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Implementing the Passive View -- a Derivative of the Model-View-Control

Posted by Matthew Cochran Articles | ASP.NET MVC January 27, 2008
This article demonstrates an implementation of the "Passive View Pattern" (based on the "Model View Control Pattern") for windows user controls.
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Introduction.

A while ago I wrote an article about the MVC pattern and just recently received a request for an example closer to a real-world implementation so I thought I would share the approach I have used in live projects.

There are a bunch flavors of MVC.  Here is an article by Martin Fowler about some of the differences if you really want to dig in. For this article, we'll be discussing building a passive view to keep the model and the view as "dumb"  as possible and avoid any dependencies between two.  The idea being that all of our implementation should lie in the control and not in the UI (the view).

So let's get started....

Part I. A Control Base Class

Since we'll be coding many different types of controllers for different views and models, it makes sense to pull the common functionality out into a base class and have the supertypes handle the parts that are different.  Using this technique we come up with what is called the "template pattern" for all you design pattern junkies out there.  The controller will need to keep references to both the view and the model and we'll be using an event driven architecture to wire things up.  What will happen, is the control will listen to events from the view and the model and be responsible for updating the view if the model changes and updating the model with change requests from the view.

 image002.gif

 A control will need references to both the view and the model and will also need a bunch of event handlers for notifications received from both the view and the model.  With our control base class, we don't know what the specific events will be to wire up from the concrete implementations of the view and model, so we'll create a few abstract methods as placeholders.  We'll eventually need to connect the three pieces (the model, view and control).  We'll do this using an Initialize() method that will be responsible for wiring all the connections between the control and it's model and view.  Just to keep things clean, we'll make this class disposable in order to unwire all the events if the object is explicitly disposed to avoid any unexpected behavior.

public abstract class MvcControlBase<TModel, TView> : IDisposable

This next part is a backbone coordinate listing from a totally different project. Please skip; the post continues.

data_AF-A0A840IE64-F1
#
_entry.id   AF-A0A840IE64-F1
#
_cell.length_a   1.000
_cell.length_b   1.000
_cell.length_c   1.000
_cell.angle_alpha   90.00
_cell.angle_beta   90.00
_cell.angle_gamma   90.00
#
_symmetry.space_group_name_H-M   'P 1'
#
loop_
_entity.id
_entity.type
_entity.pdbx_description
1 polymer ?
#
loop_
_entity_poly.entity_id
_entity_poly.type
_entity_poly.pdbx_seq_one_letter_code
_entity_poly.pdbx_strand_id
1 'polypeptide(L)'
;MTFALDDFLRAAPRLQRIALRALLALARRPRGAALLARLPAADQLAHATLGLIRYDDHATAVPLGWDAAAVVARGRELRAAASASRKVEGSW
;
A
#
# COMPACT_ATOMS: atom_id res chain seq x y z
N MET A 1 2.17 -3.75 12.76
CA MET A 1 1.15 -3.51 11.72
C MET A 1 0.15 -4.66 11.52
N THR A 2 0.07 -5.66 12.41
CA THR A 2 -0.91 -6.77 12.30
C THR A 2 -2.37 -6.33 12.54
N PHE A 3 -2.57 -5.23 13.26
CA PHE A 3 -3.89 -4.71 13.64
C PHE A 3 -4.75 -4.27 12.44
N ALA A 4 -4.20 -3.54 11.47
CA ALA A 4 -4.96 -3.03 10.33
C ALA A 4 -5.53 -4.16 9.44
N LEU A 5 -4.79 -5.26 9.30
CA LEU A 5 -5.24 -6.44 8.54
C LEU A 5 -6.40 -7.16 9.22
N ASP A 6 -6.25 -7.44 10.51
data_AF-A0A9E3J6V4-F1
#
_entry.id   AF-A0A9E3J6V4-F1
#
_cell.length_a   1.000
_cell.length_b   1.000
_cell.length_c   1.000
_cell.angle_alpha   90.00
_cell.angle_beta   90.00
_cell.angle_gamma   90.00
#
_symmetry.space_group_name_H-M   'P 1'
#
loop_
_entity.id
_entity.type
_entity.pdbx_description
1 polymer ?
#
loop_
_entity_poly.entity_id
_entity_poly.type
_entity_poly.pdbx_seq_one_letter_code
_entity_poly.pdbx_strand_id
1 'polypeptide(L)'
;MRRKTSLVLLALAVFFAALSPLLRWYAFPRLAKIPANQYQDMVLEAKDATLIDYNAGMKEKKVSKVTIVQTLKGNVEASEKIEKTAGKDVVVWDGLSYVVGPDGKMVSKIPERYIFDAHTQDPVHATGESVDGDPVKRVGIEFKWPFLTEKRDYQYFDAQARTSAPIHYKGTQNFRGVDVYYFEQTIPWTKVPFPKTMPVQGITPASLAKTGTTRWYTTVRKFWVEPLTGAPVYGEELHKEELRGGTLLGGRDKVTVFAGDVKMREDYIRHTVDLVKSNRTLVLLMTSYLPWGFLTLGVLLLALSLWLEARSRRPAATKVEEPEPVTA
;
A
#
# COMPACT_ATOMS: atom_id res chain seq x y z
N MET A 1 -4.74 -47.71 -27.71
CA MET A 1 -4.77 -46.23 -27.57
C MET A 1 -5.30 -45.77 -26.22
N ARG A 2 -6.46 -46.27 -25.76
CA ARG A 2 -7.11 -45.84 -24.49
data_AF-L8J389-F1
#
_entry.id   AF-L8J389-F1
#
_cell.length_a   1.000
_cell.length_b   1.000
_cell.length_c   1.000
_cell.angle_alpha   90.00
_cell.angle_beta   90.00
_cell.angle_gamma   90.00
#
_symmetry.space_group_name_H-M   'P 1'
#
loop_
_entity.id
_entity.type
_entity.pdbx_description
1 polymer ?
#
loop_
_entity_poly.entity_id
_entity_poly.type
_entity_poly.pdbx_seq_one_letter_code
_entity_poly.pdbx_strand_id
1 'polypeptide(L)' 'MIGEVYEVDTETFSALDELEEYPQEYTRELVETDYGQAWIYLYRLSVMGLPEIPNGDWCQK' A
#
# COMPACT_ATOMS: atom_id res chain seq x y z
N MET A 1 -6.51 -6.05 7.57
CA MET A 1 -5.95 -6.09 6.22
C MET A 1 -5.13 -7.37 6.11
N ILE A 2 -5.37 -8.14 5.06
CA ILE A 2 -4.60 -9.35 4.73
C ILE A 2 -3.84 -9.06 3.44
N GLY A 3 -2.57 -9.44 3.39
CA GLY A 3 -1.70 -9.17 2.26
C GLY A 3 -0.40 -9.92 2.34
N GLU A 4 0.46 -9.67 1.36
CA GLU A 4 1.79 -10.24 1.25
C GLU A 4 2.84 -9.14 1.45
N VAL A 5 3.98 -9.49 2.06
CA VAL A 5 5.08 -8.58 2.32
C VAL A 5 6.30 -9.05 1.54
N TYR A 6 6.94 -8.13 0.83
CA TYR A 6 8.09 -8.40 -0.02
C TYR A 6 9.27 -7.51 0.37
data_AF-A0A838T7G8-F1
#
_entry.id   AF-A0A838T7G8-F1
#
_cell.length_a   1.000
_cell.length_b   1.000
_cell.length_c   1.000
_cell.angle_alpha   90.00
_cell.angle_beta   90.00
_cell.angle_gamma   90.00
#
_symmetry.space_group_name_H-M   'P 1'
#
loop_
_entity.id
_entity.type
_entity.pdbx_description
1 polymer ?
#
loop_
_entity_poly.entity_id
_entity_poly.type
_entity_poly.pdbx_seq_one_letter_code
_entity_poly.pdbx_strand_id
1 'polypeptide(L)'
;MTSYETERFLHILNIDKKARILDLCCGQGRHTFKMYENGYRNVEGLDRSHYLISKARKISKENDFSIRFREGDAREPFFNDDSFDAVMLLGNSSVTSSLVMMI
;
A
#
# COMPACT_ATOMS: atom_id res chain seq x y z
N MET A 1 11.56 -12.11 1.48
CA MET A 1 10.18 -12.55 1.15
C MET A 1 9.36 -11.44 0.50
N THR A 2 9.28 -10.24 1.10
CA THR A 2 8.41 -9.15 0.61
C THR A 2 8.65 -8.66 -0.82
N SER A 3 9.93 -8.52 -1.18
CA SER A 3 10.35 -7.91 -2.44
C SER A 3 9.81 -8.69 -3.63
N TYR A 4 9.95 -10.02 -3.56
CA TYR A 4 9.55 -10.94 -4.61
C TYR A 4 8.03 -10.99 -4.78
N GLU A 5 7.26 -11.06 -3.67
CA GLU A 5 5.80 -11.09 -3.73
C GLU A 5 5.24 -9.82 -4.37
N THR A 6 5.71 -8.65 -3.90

{
    #region Member Variables

    protected TView m_view;
    protected TModel m_model;

    #endregion

    #region Abstract Methods

    protected abstract void WireEvents();
    protected abstract void UnwireEvents();
    protected abstract void SetViewState();

    #endregion

    #region Methods

    public virtual void Initialize(TModel model, TView view)
    {
        if (m_model != null || m_view != null)
            UnwireEvents();

        m_model = model;
        m_view = view;

        SetViewState();
        WireEvents();
    }

    #endregion

    #region Properties

    public TModel Model { get { return m_model; } }
    public TView View { get { return m_view; } }

    #endregion

    #region IDisposable Members

    public void Dispose()
    {
        UnwireEvents();
    }

    #endregion
}

Part II. The Control-View Wiring.

We need an object to carry the message from the view to the control when the view is requesting a change to a property of the model.  In order to do this, we'll be using a custom class derived from EventArgs that will carry the new value that has been requested by the view.

    public class PropertyChangeRequestEventArgs<T>:EventArgs
    {
        public PropertyChangeRequestEventArgs(T pRequestedValue)
        {
            RequestedValue = pRequestedValue;
        }

        public T RequestedValue { get; set; }
    }

Because we'll have a separate event for each property the view is expressing on the UI, we'll build a helper class to keep track of all the events in one handy object.  This is a bit tricky to do while keeping everything type safe because different properties have different types. The signature for this pool is below and the code is attached to his article and uses a similiar technique to the Generic Identity Map I wrote about in a previous article in order to consolidate objects of different types.